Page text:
As mentioned previously, pneumatic output from logic control 156 is also supplied to logic control 166, which must have both a pneumatic output from 156 and a pneumatic output from main air 152. If both are present, logic control 166 provides pneumatic output to timer 168, which delays a pneumatic output to timer 170 and timer 172. Timer 168 delays output to timer 170 so that punch 110 is not extended by air cylinder 30 until the time delay has expired. The time delay of timer 168 is set based on the length mandrel 20 must extend to completely install a helical coil insert 26 in a workpiece 34. Upon expiration, timer 170 receives a pneumatic output and delays the expiration of that pneumatic output for a predetermined time in order to continue to extend punch 110 through helical coil insert 26 to remove tang 27. Thus, timer 170 operates to continue to supply a pneumatic output to a valve 174 for controlling air cylinder 30. Thus, by continuing to supply a pneumatic output to valve 174, timer 170 delays retraction of punch 110 within mandrel 20. Valve 174 is a two-position valve for venting or supplying main air from main air supply 152. When supplying main air to air cylinder 30, punch 110 is driven axially through mandrel 20 to sever tang 27 from helical coil insert 26. Timer 168 also supplies a pneumatic output to timer 172, which delays the end of the installation cycle for a predetermined amount of time to ensure air motor 32 continues to operate until mandrel 20 returns to its home position. After expiration of that predetermined amount of time, timer 170 provides a pneumatic output to memory control 160 to satisfy a cycle completion condition. At this point, pneumatic control circuit 150 is reset for another cycle.
In use, helical coil insert 26 is placed in recess 56, and aligned with bore 16, through opening 57 in adapter body 40. To accommodate loading of the helical coil insert 26, mandrel 20 is fully retracted, as shown in FIG. 3. The installer actuates air motor 32 to cause rotation of drive sleeve 80 through interconnection of gears 74, 76, 78 and shaft 70 of air motor 32, as explained above. Drive sleeve 80 rotates mandrel 20 through connection of mandrel spline 102 in drive sleeve slot 84. Threaded leading end 24 of mandrel 20 rotates through threaded portion 17 of bore 16 until leading end 24 engages the helical coil insert 26 in recess 56. Upon engagement, leading end 24 slides through helical coil insert 26 until hook 86 grabs tang 27 to rotate helical coil insert 26. Mandrel 20 then rotates insert 26 into reduced diameter bore 60 to pre-wind insert 26 by contracting insert 26 about leading end 24, as shown in FIG. 6. Continued advancement of mandrel 20 causes pre-wound insert 26 to pass from reduced diameter bore 60 into bore 28 in workpiece 34. Air motor 32 will continue to advance mandrel 20 until shoulder 18 of mandrel 20 contacts spacer 108, causing air motor 32 to stall, as illustrated in FIG. 7.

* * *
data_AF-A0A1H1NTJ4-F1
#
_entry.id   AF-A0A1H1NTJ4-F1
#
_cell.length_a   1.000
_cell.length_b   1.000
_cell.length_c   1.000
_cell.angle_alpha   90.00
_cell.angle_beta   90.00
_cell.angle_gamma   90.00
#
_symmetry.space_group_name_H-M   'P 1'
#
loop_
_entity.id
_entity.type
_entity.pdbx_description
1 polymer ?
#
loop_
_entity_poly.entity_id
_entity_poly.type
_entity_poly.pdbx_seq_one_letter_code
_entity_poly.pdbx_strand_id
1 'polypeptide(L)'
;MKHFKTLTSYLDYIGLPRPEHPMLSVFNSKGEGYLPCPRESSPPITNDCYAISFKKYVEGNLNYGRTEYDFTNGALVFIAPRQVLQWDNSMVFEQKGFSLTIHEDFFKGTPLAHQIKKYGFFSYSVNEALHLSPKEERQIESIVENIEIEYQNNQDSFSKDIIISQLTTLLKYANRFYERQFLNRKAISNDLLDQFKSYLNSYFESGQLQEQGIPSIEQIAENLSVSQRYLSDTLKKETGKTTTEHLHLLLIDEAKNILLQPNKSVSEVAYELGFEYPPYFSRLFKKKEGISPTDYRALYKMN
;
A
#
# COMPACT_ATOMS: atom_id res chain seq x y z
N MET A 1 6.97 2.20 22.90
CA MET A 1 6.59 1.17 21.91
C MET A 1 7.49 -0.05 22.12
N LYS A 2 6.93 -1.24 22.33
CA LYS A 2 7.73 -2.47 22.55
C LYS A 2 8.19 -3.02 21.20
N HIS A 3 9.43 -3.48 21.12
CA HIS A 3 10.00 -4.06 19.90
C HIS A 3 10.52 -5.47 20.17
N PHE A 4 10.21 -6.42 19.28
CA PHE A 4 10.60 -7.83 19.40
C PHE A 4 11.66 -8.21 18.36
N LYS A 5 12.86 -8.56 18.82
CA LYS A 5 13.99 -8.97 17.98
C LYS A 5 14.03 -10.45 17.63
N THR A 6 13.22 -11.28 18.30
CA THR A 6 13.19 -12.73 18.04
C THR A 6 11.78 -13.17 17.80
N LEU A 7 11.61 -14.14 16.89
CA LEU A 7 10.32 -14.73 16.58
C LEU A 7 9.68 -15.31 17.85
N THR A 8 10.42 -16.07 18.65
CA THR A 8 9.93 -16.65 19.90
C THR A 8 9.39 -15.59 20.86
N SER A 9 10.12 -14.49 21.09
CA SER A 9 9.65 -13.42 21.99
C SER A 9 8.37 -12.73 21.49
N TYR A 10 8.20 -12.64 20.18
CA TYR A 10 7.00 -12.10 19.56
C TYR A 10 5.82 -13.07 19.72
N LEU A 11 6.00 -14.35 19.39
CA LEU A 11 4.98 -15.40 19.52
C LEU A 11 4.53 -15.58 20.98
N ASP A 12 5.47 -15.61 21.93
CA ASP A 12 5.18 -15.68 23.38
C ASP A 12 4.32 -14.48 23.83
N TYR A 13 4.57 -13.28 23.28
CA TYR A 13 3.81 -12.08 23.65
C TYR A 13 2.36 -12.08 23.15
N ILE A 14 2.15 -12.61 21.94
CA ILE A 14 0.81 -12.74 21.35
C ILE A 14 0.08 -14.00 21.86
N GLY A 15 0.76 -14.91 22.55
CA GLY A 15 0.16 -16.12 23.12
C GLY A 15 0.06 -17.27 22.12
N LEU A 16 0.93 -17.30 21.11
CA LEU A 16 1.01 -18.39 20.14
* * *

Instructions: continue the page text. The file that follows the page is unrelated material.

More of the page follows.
Upon stalling, air motor 32 automatically reverses rotation of mandrel 20, which unthreads from installed insert 26. Insert 26 expands outwardly against workpiece 34 to secure itself in bore 28. After approximately one revolution of mandrel 20, air cylinder 30 activates to release air from port 126, which acts on hammer foot 96 to force hammer 90 to slide forcefully into punch head 114 of punch 110. In turn, punch foot 116 of punch 110 slides axially outward from within bore 21 a of leading end 24 to sever tang 27 from helical coil insert 26, as shown in FIG. 8. By force of spring 118, punch 110 then returns to its retracted position in bore 21 of mandrel 20. Mandrel 20 then continues to unthread until it returns to a home position with leading end 24 of mandrel 20 within bore 16 of foot 44. The return of the mandrel 20 to its home position also forces hammer 90 to return to a home position as punch head 114 pushes hammer head 92 until hammer foot 96 is disposed adjacent air cylinder outlet port 126.
With reference to FIGS. 10 and 11, an alternative embodiment of a power installation tool 10′ according to the invention is shown. The power installation tool 10′ is similar to the power installation tool 10 in construction and use, with the exception of the arrangement of the punch and air cylinder. Accordingly, the power installation tool 10′ includes reference numerals that are the same as those used when describing the power installation tool 10 where the previous description is generally applicable.